Monday, June 3, 2013

Acupuncture: Theories and Evidence

Key Features of the Book on Acupuncture

- This book presents the latest clinical trials and theories on acupuncture, offering information and insights not easily available elsewhere

- Contains chapters written by some of the world's leading thinkers and researchers in this field

- An important addition to the scientific literature on acupuncture and a valuable resource for students, teachers, researchers and practitioners of this important treatment modality in modern medicine

Acupuncture is widely practised in the 21st century in scientifically developed countries for a wide range of ailments ranging from chronic pain, giddiness and high blood pressure to gastrointestinal disorders and sexual dysfunction. Yet the reasons for its vaunted efficacy remain a matter of controversy.

In traditional Chinese medical theory, the mechanism of action in acupuncture was understood in terms of the flow of qi and the balance of yin and yang through the body's meridians, a complex network painstaking charted but never found. Modern medical researchers have examined old and new needling points, and some view them as “trigger points” that stimulate physiological responses in the body. There is also clear evidence of strong placebo effects, although it has not been conclusively established that that this is either the main or the only significant effect.

This volume contains twelve articles covering the latest scientific explanations of the mechanism of acupuncture and critical reviews of clinical trials on its efficacy by leading scholars, including Edzard Ernst at Exeter, Lixing Lao at the University of Maryland, PC Leung at the Chinese University of Hong Kongand Thomas Lundeberg at Karolinska Institute.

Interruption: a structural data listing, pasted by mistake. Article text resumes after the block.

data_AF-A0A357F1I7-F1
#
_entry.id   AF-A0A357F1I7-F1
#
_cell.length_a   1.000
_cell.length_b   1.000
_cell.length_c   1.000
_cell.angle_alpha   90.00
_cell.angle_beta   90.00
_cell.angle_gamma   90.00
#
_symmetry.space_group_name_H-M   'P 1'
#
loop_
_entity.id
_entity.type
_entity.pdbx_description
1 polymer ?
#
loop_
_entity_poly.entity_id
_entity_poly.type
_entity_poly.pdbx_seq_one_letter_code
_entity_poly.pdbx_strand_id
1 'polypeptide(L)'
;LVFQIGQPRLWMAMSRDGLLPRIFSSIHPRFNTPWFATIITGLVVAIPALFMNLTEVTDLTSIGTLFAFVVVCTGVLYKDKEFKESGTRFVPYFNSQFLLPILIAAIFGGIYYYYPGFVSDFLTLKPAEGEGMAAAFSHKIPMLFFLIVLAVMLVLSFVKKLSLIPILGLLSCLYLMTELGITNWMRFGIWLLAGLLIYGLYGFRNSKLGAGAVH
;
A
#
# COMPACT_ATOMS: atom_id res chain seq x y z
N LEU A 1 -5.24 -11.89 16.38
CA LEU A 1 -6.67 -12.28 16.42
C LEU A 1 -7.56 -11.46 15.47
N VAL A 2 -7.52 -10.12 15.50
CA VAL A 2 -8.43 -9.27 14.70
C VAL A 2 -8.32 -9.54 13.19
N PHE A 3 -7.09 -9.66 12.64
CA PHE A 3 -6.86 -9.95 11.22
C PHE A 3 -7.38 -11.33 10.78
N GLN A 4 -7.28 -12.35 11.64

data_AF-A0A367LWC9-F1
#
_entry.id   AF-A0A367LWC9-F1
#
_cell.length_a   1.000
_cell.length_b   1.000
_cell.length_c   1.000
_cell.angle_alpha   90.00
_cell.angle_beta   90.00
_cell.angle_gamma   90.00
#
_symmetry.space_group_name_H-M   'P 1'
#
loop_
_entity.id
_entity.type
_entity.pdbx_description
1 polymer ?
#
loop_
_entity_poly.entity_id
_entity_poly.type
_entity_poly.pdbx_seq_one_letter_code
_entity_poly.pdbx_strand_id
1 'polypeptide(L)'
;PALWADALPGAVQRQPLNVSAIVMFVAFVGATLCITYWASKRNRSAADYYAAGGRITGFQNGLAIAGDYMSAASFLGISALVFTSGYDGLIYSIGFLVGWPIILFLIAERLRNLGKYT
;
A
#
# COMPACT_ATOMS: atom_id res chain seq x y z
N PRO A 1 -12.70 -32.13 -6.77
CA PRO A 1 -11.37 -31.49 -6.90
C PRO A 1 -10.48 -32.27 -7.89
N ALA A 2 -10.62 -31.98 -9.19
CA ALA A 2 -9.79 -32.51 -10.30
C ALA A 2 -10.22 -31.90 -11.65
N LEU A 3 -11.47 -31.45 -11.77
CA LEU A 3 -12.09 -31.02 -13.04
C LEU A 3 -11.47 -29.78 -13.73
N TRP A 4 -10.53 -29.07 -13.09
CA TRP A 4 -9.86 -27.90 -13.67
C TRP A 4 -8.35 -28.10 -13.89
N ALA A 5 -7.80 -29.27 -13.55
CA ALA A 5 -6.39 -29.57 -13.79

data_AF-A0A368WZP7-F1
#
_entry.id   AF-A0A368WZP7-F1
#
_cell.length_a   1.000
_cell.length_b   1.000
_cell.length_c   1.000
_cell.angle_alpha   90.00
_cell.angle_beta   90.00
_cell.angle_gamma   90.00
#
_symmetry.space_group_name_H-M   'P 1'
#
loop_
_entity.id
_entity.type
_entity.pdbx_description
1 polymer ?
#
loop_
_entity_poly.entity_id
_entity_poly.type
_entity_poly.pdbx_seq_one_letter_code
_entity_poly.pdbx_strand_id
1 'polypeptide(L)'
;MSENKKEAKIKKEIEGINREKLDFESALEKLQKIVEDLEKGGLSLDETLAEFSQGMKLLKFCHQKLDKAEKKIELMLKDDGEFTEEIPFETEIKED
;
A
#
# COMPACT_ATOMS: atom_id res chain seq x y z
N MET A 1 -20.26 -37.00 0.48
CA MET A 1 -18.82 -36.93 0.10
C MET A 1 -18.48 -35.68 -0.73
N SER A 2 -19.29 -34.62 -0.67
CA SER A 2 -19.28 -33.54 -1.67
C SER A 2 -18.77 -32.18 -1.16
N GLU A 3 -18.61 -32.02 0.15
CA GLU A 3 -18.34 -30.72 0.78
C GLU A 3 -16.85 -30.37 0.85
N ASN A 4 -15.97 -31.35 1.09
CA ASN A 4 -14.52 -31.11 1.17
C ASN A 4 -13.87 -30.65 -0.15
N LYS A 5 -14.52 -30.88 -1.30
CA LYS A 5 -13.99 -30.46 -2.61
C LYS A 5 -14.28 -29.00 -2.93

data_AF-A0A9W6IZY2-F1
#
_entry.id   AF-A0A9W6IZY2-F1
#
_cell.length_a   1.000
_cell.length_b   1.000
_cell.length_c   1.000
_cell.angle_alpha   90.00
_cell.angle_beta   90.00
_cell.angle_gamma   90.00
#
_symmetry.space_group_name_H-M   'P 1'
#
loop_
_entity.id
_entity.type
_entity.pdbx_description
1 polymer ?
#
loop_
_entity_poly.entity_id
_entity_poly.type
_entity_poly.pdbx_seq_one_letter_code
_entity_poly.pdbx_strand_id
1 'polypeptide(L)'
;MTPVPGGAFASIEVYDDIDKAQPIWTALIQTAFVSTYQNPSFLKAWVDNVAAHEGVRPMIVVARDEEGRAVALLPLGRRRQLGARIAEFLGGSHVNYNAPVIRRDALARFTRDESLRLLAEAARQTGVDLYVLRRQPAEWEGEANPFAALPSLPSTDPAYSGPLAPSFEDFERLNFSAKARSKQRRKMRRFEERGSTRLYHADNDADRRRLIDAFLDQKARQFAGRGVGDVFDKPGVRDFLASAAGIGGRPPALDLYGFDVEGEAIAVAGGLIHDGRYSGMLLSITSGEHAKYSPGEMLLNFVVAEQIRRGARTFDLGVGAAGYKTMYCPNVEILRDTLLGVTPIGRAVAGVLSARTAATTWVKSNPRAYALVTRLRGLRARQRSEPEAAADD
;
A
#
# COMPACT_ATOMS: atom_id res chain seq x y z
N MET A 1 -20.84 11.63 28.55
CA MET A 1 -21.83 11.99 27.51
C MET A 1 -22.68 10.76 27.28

About the Author:
Dr Hong Hai previously served on the TCM Practitioners Board and was Chairman of the board's Academic Committee. Trained originally in engineering, he subsequently completed graduate studies in economics, Chinese medicine, and the philosophy of science. He is co-author of the book Cancer Management with Chinese Medicine and editor of Acupuncture: Theories and Evidence. A frequent lecturer on TCM subjects, he has conducted courses at NUS Extension, UniSIM and the Confucius Institute. His main academic interest is in the theory of Chinese medicine from the perspective of Western philosophy of science. His principal clinical areas are health cultivation and active ageing, internal medicine, acupuncture and complementary treatments for cancer.

More Info in PDF on Acupuncture...

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